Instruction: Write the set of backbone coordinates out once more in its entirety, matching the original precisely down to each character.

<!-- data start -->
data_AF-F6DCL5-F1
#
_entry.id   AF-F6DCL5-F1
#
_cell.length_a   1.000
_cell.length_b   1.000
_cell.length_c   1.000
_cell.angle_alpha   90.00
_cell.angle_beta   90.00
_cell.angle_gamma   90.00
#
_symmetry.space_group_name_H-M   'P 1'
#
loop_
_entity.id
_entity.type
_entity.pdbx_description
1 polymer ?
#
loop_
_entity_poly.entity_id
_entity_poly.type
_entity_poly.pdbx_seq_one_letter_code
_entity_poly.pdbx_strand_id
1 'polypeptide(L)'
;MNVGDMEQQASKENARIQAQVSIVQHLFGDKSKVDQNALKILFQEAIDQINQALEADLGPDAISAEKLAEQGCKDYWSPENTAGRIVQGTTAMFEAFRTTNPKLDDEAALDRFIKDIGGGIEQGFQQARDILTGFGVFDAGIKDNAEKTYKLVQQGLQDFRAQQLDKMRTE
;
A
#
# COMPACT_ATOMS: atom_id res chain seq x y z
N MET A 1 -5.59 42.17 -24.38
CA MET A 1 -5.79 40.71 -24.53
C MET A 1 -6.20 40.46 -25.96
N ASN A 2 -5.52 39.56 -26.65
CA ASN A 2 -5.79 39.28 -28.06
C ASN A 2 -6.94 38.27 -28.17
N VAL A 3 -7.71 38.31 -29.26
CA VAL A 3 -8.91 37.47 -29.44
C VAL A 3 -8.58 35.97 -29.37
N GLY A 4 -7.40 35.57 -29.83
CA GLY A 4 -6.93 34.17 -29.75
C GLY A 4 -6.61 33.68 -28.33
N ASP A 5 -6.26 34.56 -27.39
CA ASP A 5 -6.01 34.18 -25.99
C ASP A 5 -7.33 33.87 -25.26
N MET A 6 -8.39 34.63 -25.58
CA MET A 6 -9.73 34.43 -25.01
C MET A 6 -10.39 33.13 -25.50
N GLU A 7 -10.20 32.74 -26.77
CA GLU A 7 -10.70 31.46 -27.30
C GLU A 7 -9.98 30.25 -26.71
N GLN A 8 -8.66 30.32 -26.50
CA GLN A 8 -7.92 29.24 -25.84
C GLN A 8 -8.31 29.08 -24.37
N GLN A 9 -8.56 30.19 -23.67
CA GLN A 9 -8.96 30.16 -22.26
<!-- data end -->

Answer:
data_AF-F6DCL5-F1
#
_entry.id   AF-F6DCL5-F1
#
_cell.length_a   1.000
_cell.length_b   1.000
_cell.length_c   1.000
_cell.angle_alpha   90.00
_cell.angle_beta   90.00
_cell.angle_gamma   90.00
#
_symmetry.space_group_name_H-M   'P 1'
#
loop_
_entity.id
_entity.type
_entity.pdbx_description
1 polymer ?
#
loop_
_entity_poly.entity_id
_entity_poly.type
_entity_poly.pdbx_seq_one_letter_code
_entity_poly.pdbx_strand_id
1 'polypeptide(L)'
;MNVGDMEQQASKENARIQAQVSIVQHLFGDKSKVDQNALKILFQEAIDQINQALEADLGPDAISAEKLAEQGCKDYWSPENTAGRIVQGTTAMFEAFRTTNPKLDDEAALDRFIKDIGGGIEQGFQQARDILTGFGVFDAGIKDNAEKTYKLVQQGLQDFRAQQLDKMRTE
;
A
#
# COMPACT_ATOMS: atom_id res chain seq x y z
N MET A 1 -5.59 42.17 -24.38
CA MET A 1 -5.79 40.71 -24.53
C MET A 1 -6.20 40.46 -25.96
N ASN A 2 -5.52 39.56 -26.65
CA ASN A 2 -5.79 39.28 -28.06
C ASN A 2 -6.94 38.27 -28.17
N VAL A 3 -7.71 38.31 -29.26
CA VAL A 3 -8.91 37.47 -29.44
C VAL A 3 -8.58 35.97 -29.37
N GLY A 4 -7.40 35.57 -29.83
CA GLY A 4 -6.93 34.17 -29.75
C GLY A 4 -6.61 33.68 -28.33
N ASP A 5 -6.26 34.56 -27.39
CA ASP A 5 -6.01 34.18 -25.99
C ASP A 5 -7.33 33.87 -25.26
N MET A 6 -8.39 34.63 -25.58
CA MET A 6 -9.73 34.43 -25.01
C MET A 6 -10.39 33.13 -25.50
N GLU A 7 -10.20 32.74 -26.77
CA GLU A 7 -10.70 31.46 -27.30
C GLU A 7 -9.98 30.25 -26.71
N GLN A 8 -8.66 30.32 -26.50
CA GLN A 8 -7.92 29.24 -25.84
C GLN A 8 -8.31 29.08 -24.37
N GLN A 9 -8.56 30.19 -23.67
CA GLN A 9 -8.96 30.16 -22.26